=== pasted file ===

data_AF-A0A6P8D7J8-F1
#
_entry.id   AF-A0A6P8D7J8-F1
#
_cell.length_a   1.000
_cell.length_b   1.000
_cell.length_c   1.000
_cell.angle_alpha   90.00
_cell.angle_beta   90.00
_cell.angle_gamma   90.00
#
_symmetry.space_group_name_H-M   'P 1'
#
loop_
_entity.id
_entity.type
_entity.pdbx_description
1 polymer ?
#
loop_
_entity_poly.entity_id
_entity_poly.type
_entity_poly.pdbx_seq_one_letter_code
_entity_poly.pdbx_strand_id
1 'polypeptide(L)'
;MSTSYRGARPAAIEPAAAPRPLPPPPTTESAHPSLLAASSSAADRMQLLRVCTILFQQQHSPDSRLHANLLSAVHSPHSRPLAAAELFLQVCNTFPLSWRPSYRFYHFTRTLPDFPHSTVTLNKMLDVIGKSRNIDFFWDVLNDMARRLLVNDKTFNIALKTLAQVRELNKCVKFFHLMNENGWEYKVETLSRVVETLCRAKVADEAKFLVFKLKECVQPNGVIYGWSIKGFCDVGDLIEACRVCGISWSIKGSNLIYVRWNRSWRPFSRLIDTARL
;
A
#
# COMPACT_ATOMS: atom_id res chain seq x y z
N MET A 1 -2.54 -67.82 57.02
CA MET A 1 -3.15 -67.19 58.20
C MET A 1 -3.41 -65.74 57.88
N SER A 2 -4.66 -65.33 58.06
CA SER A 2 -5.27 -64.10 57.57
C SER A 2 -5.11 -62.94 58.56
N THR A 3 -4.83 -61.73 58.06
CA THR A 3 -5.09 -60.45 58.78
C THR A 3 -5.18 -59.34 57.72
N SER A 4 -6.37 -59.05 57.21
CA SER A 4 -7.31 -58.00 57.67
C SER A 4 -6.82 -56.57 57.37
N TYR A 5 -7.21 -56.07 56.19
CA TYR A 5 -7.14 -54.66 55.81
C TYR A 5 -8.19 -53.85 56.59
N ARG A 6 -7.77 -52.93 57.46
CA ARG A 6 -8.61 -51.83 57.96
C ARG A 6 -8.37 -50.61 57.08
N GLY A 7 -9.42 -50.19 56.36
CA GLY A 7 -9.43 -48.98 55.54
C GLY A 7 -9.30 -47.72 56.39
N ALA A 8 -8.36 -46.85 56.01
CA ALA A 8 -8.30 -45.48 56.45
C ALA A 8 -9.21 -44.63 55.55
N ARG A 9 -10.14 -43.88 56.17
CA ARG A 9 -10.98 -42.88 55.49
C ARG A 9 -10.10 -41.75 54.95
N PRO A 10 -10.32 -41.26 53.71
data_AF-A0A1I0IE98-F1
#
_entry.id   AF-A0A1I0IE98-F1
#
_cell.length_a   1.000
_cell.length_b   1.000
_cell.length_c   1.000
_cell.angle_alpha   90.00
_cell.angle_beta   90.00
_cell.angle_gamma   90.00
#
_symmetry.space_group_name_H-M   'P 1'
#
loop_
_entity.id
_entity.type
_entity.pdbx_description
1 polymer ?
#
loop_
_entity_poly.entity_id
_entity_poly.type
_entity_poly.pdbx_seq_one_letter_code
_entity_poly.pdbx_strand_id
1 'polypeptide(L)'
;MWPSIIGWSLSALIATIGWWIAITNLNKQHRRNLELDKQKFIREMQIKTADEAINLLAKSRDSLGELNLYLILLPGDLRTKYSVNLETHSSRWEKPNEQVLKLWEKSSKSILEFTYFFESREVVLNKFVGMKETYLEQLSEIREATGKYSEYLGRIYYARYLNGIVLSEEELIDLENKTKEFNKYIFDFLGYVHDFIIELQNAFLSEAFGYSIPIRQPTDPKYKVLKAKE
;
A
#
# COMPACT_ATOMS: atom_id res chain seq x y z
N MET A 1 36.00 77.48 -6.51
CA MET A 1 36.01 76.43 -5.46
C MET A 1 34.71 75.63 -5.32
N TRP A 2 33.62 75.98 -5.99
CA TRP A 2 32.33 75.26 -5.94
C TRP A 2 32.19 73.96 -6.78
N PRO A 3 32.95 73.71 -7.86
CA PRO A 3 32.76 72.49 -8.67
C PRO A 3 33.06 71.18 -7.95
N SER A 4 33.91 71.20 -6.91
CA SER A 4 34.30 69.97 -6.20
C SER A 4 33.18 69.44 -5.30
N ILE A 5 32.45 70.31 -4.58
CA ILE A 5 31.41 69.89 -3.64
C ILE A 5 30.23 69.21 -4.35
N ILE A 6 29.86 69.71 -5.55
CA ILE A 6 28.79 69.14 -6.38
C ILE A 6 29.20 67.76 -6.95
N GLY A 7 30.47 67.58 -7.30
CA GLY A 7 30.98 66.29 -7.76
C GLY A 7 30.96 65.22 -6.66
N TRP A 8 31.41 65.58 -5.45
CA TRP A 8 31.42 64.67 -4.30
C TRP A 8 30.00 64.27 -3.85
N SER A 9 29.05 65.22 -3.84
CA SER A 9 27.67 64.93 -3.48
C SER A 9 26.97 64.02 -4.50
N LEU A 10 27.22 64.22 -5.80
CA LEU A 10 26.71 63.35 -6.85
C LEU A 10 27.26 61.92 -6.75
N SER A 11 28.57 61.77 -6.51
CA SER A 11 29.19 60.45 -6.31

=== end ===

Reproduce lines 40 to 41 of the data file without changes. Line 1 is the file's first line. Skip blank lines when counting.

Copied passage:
N SER A 4 -6.37 -59.05 57.21
CA SER A 4 -7.31 -58.00 57.67